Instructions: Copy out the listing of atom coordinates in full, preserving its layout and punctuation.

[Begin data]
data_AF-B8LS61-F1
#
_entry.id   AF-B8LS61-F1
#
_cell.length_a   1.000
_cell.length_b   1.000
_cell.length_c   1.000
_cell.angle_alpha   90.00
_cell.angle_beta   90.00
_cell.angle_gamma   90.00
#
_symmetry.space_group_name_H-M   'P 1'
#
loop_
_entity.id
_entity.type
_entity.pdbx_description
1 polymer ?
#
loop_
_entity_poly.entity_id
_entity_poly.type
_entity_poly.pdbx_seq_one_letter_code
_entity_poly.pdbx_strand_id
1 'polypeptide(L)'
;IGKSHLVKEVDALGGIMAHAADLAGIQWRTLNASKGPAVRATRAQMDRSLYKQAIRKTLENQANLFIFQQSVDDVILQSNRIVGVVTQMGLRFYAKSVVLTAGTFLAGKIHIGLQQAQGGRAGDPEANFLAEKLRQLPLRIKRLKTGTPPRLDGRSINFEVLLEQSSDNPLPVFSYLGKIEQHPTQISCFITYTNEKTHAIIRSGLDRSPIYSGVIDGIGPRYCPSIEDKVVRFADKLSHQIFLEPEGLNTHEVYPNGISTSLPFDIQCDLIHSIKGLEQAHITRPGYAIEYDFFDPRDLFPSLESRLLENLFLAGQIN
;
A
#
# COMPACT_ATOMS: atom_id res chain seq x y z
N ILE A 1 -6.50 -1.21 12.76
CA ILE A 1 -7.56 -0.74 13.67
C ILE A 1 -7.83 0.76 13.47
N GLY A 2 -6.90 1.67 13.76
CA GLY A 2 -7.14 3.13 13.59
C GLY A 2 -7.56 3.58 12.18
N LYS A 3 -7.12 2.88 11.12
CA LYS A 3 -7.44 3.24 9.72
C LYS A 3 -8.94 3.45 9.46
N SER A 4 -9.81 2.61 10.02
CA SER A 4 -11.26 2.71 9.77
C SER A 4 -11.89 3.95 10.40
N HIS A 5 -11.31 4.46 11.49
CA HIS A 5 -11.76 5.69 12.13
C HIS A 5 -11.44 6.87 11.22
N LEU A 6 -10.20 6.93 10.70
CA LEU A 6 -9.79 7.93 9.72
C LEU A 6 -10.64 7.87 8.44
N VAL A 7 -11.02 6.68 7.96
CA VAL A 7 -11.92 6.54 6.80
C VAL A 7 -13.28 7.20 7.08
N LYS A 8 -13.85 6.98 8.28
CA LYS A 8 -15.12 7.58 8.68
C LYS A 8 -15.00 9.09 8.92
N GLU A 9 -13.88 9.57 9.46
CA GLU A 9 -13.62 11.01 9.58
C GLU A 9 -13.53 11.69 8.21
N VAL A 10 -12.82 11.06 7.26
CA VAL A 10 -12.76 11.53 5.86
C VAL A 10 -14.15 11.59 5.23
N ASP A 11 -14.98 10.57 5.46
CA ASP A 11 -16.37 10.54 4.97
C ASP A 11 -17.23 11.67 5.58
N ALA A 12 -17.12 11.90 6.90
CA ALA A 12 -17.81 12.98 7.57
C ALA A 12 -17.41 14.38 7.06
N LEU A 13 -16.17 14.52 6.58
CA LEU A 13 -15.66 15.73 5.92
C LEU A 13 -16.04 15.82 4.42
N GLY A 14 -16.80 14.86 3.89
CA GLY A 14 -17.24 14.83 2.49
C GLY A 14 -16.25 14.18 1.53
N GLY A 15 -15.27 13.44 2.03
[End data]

data_AF-B8LS61-F1
#
_entry.id   AF-B8LS61-F1
#
_cell.length_a   1.000
_cell.length_b   1.000
_cell.length_c   1.000
_cell.angle_alpha   90.00
_cell.angle_beta   90.00
_cell.angle_gamma   90.00
#
_symmetry.space_group_name_H-M   'P 1'
#
loop_
_entity.id
_entity.type
_entity.pdbx_description
1 polymer ?
#
loop_
_entity_poly.entity_id
_entity_poly.type
_entity_poly.pdbx_seq_one_letter_code
_entity_poly.pdbx_strand_id
1 'polypeptide(L)'
;IGKSHLVKEVDALGGIMAHAADLAGIQWRTLNASKGPAVRATRAQMDRSLYKQAIRKTLENQANLFIFQQSVDDVILQSNRIVGVVTQMGLRFYAKSVVLTAGTFLAGKIHIGLQQAQGGRAGDPEANFLAEKLRQLPLRIKRLKTGTPPRLDGRSINFEVLLEQSSDNPLPVFSYLGKIEQHPTQISCFITYTNEKTHAIIRSGLDRSPIYSGVIDGIGPRYCPSIEDKVVRFADKLSHQIFLEPEGLNTHEVYPNGISTSLPFDIQCDLIHSIKGLEQAHITRPGYAIEYDFFDPRDLFPSLESRLLENLFLAGQIN
;
A
#
# COMPACT_ATOMS: atom_id res chain seq x y z
N ILE A 1 -6.50 -1.21 12.76
CA ILE A 1 -7.56 -0.74 13.67
C ILE A 1 -7.83 0.76 13.47
N GLY A 2 -6.90 1.67 13.76
CA GLY A 2 -7.14 3.13 13.59
C GLY A 2 -7.56 3.58 12.18
N LYS A 3 -7.12 2.88 11.12
CA LYS A 3 -7.44 3.24 9.72
C LYS A 3 -8.94 3.45 9.46
N SER A 4 -9.81 2.61 10.02
CA SER A 4 -11.26 2.71 9.77
C SER A 4 -11.89 3.95 10.40
N HIS A 5 -11.31 4.46 11.49
CA HIS A 5 -11.76 5.69 12.13
C HIS A 5 -11.44 6.87 11.22
N LEU A 6 -10.20 6.93 10.70
CA LEU A 6 -9.79 7.93 9.72
C LEU A 6 -10.64 7.87 8.44
N VAL A 7 -11.02 6.68 7.96
CA VAL A 7 -11.92 6.54 6.80
C VAL A 7 -13.28 7.20 7.08
N LYS A 8 -13.85 6.98 8.28
CA LYS A 8 -15.12 7.58 8.68
C LYS A 8 -15.00 9.09 8.92
N GLU A 9 -13.88 9.57 9.46
CA GLU A 9 -13.62 11.01 9.58
C GLU A 9 -13.53 11.69 8.21
N VAL A 10 -12.82 11.06 7.26
CA VAL A 10 -12.76 11.53 5.86
C VAL A 10 -14.15 11.59 5.23
N ASP A 11 -14.98 10.57 5.46
CA ASP A 11 -16.37 10.54 4.97
C ASP A 11 -17.23 11.67 5.58
N ALA A 12 -17.12 11.90 6.90
CA ALA A 12 -17.81 12.98 7.57
C ALA A 12 -17.41 14.38 7.06
N LEU A 13 -16.17 14.52 6.58
CA LEU A 13 -15.66 15.73 5.92
C LEU A 13 -16.04 15.82 4.42
N GLY A 14 -16.80 14.86 3.89
CA GLY A 14 -17.24 14.83 2.49
C GLY A 14 -16.25 14.18 1.53
N GLY A 15 -15.27 13.44 2.03